& cplSiteName &

What OpenDaylight Really Wants to Do

Craig Matsumoto
Valley Wonk
Craig Matsumoto
4/16/2013
50%
50%

SANTA CLARA, Calif. -- Open Networking Summit -- I'd been thinking of OpenDaylight as a way to wrest the SDN conversation out of startups' hands. "The moment I talk about there's IBM, Cisco, Juniper and all these large players, the question is: What's the angle? ... There's got to be some underhanded, nefarious reason," said OpenDaylight chairman Inder Gopal during a keynote here Tuesday morning. "There is no angle, honestly." I'm still not fully convinced, and Gopal, who's also vice president of system technology at IBM Corp., did concede that individual companies might have their own hopes for OpenDaylight. You can see where the speculation came from. It's very hard not to see the "Daylight" name as a foil for Floodlight, the open-source OpenFlow controller that Big Switch Networks developed. Others in the industry see it as a banding-together against VMware Inc., which could combine its dominance in server virtualization with the Nicira acquisition to create something pretty powerful. As the effort started to snowball, VMware got on board, as did startups -- Big Switch is contributing OpenFlow controller code -- making OpenDaylight closer to a pan-industry effort. From that perspective, I can believe Gopal when he says OpenDaylight hopes to speed the adoption of SDN. That starts from the vendor side, by creating a common base of software for vendors to work from, Gopal said. The grunt work of undifferentiated code will be taken care of. One hitch: I don't think people two years ago were thinking of the SDN controller as "undifferentiated code." A lot of other features startups were hoping to mine could get absorbed into that category as well. As one executive outside OpenDaylight was telling me, the coalition could unintentionally smash a few startups regardless of what it wants to do. A more positive side effect would be interoperability, theoretically, because of that common code base. And all of OpenDaylight's choices will be based on merit rather than politics, he pledged. "It's not about standards," Gopal said. "The objective here is to create code and to do it at a commercial, carrier-grade level ... something that, hopefully, as-is, can be taken and deployed." The OpenDaylight steering committee is sifting through the trove of contributed code, deciding which pieces would create the best-of-breed framework that the group envisions. OpenDaylight isn't pledging to have that done before the third quarter. Wait two years before grading OpenDaylight, Gopal told the audience. Sure. But OpenDaylight will be getting judged continually along the way, and people will be poring for angles in that first release of software. For more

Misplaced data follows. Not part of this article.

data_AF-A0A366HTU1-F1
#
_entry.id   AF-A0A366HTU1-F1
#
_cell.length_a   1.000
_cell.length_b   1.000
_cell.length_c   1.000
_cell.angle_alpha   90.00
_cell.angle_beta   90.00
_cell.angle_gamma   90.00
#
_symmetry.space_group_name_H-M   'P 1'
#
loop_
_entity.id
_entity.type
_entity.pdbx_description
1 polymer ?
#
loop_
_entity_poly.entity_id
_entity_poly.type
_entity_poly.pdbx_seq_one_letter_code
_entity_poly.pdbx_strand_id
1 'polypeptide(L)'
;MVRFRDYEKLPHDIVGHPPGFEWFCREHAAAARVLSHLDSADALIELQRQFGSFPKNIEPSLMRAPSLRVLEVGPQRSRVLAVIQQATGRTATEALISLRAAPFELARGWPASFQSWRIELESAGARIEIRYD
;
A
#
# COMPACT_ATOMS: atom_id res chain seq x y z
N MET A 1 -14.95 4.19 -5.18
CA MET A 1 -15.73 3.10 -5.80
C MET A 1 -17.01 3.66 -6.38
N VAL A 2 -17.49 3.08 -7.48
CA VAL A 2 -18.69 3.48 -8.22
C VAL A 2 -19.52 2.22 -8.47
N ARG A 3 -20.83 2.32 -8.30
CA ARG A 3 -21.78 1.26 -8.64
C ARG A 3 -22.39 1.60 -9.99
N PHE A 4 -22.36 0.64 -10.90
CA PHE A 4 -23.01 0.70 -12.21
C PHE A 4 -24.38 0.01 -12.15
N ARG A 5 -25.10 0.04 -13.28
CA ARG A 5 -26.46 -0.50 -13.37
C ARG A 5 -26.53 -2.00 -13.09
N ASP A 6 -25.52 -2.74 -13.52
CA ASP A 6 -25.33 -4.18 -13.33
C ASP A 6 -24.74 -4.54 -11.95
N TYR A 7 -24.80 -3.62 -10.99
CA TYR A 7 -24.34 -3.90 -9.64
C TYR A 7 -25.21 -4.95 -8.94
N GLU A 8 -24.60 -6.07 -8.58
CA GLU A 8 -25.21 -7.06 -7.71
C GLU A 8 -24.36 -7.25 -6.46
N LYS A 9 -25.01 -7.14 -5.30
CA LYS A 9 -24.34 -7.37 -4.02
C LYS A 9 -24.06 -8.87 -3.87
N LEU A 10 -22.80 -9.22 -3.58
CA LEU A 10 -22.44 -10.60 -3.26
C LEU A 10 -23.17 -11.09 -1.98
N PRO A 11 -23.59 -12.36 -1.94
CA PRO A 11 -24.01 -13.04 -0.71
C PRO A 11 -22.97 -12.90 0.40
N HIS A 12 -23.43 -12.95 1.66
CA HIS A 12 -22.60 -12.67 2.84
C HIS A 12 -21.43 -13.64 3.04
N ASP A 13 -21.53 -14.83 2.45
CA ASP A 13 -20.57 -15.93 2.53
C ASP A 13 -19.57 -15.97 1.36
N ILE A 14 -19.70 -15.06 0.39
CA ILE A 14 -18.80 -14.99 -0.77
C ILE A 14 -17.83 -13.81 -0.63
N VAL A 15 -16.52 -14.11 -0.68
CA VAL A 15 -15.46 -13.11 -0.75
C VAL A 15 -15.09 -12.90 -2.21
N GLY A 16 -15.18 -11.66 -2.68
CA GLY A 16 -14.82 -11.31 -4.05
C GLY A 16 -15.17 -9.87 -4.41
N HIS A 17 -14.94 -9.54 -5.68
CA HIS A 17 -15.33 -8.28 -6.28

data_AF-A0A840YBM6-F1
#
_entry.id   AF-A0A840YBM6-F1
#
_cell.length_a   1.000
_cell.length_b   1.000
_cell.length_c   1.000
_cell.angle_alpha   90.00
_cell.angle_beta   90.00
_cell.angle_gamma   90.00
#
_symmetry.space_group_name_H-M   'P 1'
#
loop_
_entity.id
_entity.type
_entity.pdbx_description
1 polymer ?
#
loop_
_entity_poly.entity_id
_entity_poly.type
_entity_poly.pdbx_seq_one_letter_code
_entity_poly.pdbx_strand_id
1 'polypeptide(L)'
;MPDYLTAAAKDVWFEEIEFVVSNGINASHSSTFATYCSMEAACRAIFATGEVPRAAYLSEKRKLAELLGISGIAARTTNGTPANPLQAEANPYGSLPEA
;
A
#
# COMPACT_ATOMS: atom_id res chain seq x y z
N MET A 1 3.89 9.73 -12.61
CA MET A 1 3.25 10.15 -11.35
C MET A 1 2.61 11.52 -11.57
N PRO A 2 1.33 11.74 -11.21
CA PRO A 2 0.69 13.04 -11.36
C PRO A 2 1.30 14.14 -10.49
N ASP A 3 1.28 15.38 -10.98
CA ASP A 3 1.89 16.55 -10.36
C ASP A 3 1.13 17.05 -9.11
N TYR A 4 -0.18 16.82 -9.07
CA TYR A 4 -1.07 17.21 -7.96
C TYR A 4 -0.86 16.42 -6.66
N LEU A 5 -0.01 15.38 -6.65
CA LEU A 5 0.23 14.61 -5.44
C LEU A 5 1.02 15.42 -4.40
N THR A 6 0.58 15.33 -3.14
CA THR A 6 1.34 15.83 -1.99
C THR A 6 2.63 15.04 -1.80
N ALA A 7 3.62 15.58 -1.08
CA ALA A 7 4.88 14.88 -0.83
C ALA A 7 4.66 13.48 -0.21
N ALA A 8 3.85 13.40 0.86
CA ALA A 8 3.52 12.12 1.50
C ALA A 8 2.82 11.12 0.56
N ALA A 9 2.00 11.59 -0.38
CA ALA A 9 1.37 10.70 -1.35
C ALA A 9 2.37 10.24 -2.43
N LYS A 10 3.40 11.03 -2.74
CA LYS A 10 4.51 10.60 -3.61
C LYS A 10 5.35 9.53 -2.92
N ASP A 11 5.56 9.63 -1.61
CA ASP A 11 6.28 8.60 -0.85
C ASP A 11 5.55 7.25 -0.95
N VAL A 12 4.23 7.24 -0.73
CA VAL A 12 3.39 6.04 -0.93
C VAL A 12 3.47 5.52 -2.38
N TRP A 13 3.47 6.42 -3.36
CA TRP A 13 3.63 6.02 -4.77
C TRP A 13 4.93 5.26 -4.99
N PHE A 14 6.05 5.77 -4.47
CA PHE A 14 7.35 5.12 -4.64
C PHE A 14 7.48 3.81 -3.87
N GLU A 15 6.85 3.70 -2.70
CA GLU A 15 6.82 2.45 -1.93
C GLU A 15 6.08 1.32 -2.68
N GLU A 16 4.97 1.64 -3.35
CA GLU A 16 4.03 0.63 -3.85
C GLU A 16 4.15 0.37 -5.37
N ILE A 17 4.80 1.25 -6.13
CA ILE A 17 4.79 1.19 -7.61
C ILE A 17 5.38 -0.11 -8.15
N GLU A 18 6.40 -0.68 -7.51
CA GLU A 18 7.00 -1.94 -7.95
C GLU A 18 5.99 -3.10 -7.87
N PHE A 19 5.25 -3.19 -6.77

— Craig Matsumoto, Managing Editor, Light Reading

(1)  | 
Comment  | 
Print  | 
Newest First  |  Oldest First  |  Threaded View        ADD A COMMENT
Craig Matsumoto
50%
50%
Craig Matsumoto,
User Rank: Light Sabre
4/17/2013 | 3:14:00 PM
re: What OpenDaylight Really Wants to Do
I find it hard to believe there's "no angle" here. For the entire organization, taken as a generic whole, maybe -- and for the individual engineers doing the work, sure. But when it comes to individual companies' reasons for creating or joining OpenDaylight...-Š I bet there's a lot of politics behind the scenes there.
More Blogs from Valley Wonk
Comcast joins Google in asking for a flexible-rate optical standard, rather than 400G or terabit, but that's easier said than done
Cisco, Juniper and other more traditional Interop speakers might get overshadowed by the forces of virtualization
The Open Networking Summit has climbed the hype curve, but the conference should cling to its roots as a techie discussion forum for software-defined networking
Big vendors are reportedly banding together to unify SDN's approach but is it more about steering the conversation?
From The Founder
Light Reading today starts a new voyage as part of a larger Enterprise.
Flash Poll
Live Streaming Video
Charting the CSP's Future
Six different communications service providers join to debate their visions of the future CSP, following a landmark presentation from AT&T on its massive virtualization efforts and a look back on where the telecom industry has been and where it's going from two industry veterans.
LRTV Interviews
No Stopping Cable's Ethernet Gains

12|9|16   |     |   (0) comments


Vertical Systems' Erin Dunne explains why US cable operators, which now command a record-high 26% of the Ethernet market, will keep boosting their share.
LRTV Interviews
Fixing IoT Security Is an Ecosystem Challenge

12|9|16   |   05:34   |   (1) comment


Level 3 Communications' Chief Security Officer Dale Drew says service providers, manufacturers and even consumers must combine to halt massive DDoS attacks using IoT devices in botnets. The solution he has in mind includes reputation-based routing by the service provider but also more secure endpoint devices and greater consumer awareness.
LRTV Interviews
Cox Clears $2B in Business Revenue

12|8|16   |     |   (0) comments